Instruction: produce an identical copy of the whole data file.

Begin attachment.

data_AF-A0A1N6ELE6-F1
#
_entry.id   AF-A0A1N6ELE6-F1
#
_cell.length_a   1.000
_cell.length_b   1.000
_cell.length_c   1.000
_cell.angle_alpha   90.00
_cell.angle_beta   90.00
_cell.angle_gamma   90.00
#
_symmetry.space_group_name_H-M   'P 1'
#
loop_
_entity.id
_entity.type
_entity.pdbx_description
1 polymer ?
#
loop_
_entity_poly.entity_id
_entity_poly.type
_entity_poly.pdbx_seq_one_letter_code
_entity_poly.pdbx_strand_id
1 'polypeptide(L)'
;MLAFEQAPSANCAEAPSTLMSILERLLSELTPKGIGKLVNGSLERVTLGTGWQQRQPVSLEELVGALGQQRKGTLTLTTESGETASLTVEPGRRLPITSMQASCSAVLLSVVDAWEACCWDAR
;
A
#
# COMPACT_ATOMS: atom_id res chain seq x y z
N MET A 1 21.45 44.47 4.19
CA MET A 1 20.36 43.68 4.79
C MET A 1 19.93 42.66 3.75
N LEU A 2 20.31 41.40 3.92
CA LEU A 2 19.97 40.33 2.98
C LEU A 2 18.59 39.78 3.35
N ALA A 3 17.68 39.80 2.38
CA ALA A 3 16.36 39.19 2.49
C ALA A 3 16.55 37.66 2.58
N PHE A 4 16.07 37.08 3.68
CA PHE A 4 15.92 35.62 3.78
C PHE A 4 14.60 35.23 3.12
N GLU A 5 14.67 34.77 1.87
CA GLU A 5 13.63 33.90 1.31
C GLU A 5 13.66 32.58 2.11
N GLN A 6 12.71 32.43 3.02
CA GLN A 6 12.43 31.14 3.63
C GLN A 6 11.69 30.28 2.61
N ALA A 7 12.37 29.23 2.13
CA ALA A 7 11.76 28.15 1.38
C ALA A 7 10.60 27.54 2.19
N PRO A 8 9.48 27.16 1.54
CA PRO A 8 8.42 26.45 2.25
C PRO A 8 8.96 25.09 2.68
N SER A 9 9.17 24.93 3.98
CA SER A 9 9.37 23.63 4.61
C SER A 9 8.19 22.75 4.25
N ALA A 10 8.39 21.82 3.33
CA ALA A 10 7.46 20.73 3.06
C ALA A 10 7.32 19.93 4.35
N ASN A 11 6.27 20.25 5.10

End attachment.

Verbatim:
data_AF-A0A1N6ELE6-F1
#
_entry.id   AF-A0A1N6ELE6-F1
#
_cell.length_a   1.000
_cell.length_b   1.000
_cell.length_c   1.000
_cell.angle_alpha   90.00
_cell.angle_beta   90.00
_cell.angle_gamma   90.00
#
_symmetry.space_group_name_H-M   'P 1'
#
loop_
_entity.id
_entity.type
_entity.pdbx_description
1 polymer ?
#
loop_
_entity_poly.entity_id
_entity_poly.type
_entity_poly.pdbx_seq_one_letter_code
_entity_poly.pdbx_strand_id
1 'polypeptide(L)'
;MLAFEQAPSANCAEAPSTLMSILERLLSELTPKGIGKLVNGSLERVTLGTGWQQRQPVSLEELVGALGQQRKGTLTLTTESGETASLTVEPGRRLPITSMQASCSAVLLSVVDAWEACCWDAR
;
A
#
# COMPACT_ATOMS: atom_id res chain seq x y z
N MET A 1 21.45 44.47 4.19
CA MET A 1 20.36 43.68 4.79
C MET A 1 19.93 42.66 3.75
N LEU A 2 20.31 41.40 3.92
CA LEU A 2 19.97 40.33 2.98
C LEU A 2 18.59 39.78 3.35
N ALA A 3 17.68 39.80 2.38
CA ALA A 3 16.36 39.19 2.49
C ALA A 3 16.55 37.66 2.58
N PHE A 4 16.07 37.08 3.68
CA PHE A 4 15.92 35.62 3.78
C PHE A 4 14.60 35.23 3.12
N GLU A 5 14.67 34.77 1.87
CA GLU A 5 13.63 33.90 1.31
C GLU A 5 13.66 32.58 2.11
N GLN A 6 12.71 32.43 3.02
CA GLN A 6 12.43 31.14 3.63
C GLN A 6 11.69 30.28 2.61
N ALA A 7 12.37 29.23 2.13
CA ALA A 7 11.76 28.15 1.38
C ALA A 7 10.60 27.54 2.19
N PRO A 8 9.48 27.16 1.54
CA PRO A 8 8.42 26.45 2.25
C PRO A 8 8.96 25.09 2.68
N SER A 9 9.17 24.93 3.98
CA SER A 9 9.37 23.63 4.61
C SER A 9 8.19 22.75 4.25
N ALA A 10 8.39 21.82 3.33
CA ALA A 10 7.46 20.73 3.06
C ALA A 10 7.32 19.93 4.35
N ASN A 11 6.27 20.25 5.10